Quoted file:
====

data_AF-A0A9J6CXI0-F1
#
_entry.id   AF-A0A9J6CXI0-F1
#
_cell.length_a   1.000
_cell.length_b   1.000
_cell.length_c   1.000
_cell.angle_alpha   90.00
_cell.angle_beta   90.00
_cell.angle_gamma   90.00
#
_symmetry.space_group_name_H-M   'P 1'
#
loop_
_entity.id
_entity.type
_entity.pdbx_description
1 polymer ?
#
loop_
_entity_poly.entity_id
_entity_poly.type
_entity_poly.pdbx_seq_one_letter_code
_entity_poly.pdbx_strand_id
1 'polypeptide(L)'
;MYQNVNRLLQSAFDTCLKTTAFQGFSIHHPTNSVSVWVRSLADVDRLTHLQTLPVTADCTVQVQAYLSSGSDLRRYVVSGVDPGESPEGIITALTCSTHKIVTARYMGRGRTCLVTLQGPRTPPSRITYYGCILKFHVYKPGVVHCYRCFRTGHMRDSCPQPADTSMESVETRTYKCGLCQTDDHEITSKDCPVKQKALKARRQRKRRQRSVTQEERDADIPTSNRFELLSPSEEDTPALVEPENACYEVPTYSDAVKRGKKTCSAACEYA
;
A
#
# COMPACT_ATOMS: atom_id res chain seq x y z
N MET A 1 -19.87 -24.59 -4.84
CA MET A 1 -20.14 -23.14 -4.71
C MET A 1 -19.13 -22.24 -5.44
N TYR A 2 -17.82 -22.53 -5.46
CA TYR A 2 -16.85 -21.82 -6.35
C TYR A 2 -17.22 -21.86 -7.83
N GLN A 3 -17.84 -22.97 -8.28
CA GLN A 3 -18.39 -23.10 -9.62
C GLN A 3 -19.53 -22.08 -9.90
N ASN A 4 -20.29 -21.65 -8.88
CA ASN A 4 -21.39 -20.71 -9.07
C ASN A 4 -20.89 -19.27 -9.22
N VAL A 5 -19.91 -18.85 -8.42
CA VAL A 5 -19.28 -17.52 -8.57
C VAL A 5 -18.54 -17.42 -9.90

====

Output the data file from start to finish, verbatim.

data_AF-A0A9J6CXI0-F1
#
_entry.id   AF-A0A9J6CXI0-F1
#
_cell.length_a   1.000
_cell.length_b   1.000
_cell.length_c   1.000
_cell.angle_alpha   90.00
_cell.angle_beta   90.00
_cell.angle_gamma   90.00
#
_symmetry.space_group_name_H-M   'P 1'
#
loop_
_entity.id
_entity.type
_entity.pdbx_description
1 polymer ?
#
loop_
_entity_poly.entity_id
_entity_poly.type
_entity_poly.pdbx_seq_one_letter_code
_entity_poly.pdbx_strand_id
1 'polypeptide(L)'
;MYQNVNRLLQSAFDTCLKTTAFQGFSIHHPTNSVSVWVRSLADVDRLTHLQTLPVTADCTVQVQAYLSSGSDLRRYVVSGVDPGESPEGIITALTCSTHKIVTARYMGRGRTCLVTLQGPRTPPSRITYYGCILKFHVYKPGVVHCYRCFRTGHMRDSCPQPADTSMESVETRTYKCGLCQTDDHEITSKDCPVKQKALKARRQRKRRQRSVTQEERDADIPTSNRFELLSPSEEDTPALVEPENACYEVPTYSDAVKRGKKTCSAACEYA
;
A
#
# COMPACT_ATOMS: atom_id res chain seq x y z
N MET A 1 -19.87 -24.59 -4.84
CA MET A 1 -20.14 -23.14 -4.71
C MET A 1 -19.13 -22.24 -5.44
N TYR A 2 -17.82 -22.53 -5.46
CA TYR A 2 -16.85 -21.82 -6.35
C TYR A 2 -17.22 -21.86 -7.83
N GLN A 3 -17.84 -22.97 -8.28
CA GLN A 3 -18.39 -23.10 -9.62
C GLN A 3 -19.53 -22.08 -9.90
N ASN A 4 -20.29 -21.65 -8.88
CA ASN A 4 -21.39 -20.71 -9.07
C ASN A 4 -20.89 -19.27 -9.22
N VAL A 5 -19.91 -18.85 -8.42
CA VAL A 5 -19.28 -17.52 -8.57
C VAL A 5 -18.54 -17.42 -9.90